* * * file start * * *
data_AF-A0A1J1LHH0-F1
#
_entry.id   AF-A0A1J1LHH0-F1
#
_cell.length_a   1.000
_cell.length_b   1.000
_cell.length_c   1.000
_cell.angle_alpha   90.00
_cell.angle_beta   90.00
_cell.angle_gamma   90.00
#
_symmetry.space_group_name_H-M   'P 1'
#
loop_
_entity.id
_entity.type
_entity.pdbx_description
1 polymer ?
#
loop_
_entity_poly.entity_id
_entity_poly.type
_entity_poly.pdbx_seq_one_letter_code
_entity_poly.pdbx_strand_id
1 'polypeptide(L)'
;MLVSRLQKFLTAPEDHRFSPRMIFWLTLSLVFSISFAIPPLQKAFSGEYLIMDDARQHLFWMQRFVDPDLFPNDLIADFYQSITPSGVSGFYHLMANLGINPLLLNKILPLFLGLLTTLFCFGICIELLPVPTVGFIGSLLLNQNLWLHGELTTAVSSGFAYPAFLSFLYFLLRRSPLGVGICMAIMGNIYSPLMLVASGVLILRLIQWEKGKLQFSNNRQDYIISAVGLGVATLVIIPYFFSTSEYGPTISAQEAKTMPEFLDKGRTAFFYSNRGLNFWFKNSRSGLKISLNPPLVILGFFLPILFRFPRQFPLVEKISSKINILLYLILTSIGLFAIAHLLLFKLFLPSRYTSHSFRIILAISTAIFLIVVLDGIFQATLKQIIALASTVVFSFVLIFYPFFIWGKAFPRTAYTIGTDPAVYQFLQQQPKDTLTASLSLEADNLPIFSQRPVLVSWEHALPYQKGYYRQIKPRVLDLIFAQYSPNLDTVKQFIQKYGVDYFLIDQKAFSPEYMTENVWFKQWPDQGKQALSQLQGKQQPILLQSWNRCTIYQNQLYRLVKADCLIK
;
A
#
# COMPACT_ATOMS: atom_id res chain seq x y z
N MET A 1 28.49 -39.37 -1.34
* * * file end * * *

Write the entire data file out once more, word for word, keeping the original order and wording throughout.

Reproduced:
data_AF-A0A1J1LHH0-F1
#
_entry.id   AF-A0A1J1LHH0-F1
#
_cell.length_a   1.000
_cell.length_b   1.000
_cell.length_c   1.000
_cell.angle_alpha   90.00
_cell.angle_beta   90.00
_cell.angle_gamma   90.00
#
_symmetry.space_group_name_H-M   'P 1'
#
loop_
_entity.id
_entity.type
_entity.pdbx_description
1 polymer ?
#
loop_
_entity_poly.entity_id
_entity_poly.type
_entity_poly.pdbx_seq_one_letter_code
_entity_poly.pdbx_strand_id
1 'polypeptide(L)'
;MLVSRLQKFLTAPEDHRFSPRMIFWLTLSLVFSISFAIPPLQKAFSGEYLIMDDARQHLFWMQRFVDPDLFPNDLIADFYQSITPSGVSGFYHLMANLGINPLLLNKILPLFLGLLTTLFCFGICIELLPVPTVGFIGSLLLNQNLWLHGELTTAVSSGFAYPAFLSFLYFLLRRSPLGVGICMAIMGNIYSPLMLVASGVLILRLIQWEKGKLQFSNNRQDYIISAVGLGVATLVIIPYFFSTSEYGPTISAQEAKTMPEFLDKGRTAFFYSNRGLNFWFKNSRSGLKISLNPPLVILGFFLPILFRFPRQFPLVEKISSKINILLYLILTSIGLFAIAHLLLFKLFLPSRYTSHSFRIILAISTAIFLIVVLDGIFQATLKQIIALASTVVFSFVLIFYPFFIWGKAFPRTAYTIGTDPAVYQFLQQQPKDTLTASLSLEADNLPIFSQRPVLVSWEHALPYQKGYYRQIKPRVLDLIFAQYSPNLDTVKQFIQKYGVDYFLIDQKAFSPEYMTENVWFKQWPDQGKQALSQLQGKQQPILLQSWNRCTIYQNQLYRLVKADCLIK
;
A
#
# COMPACT_ATOMS: atom_id res chain seq x y z
N MET A 1 28.49 -39.37 -1.34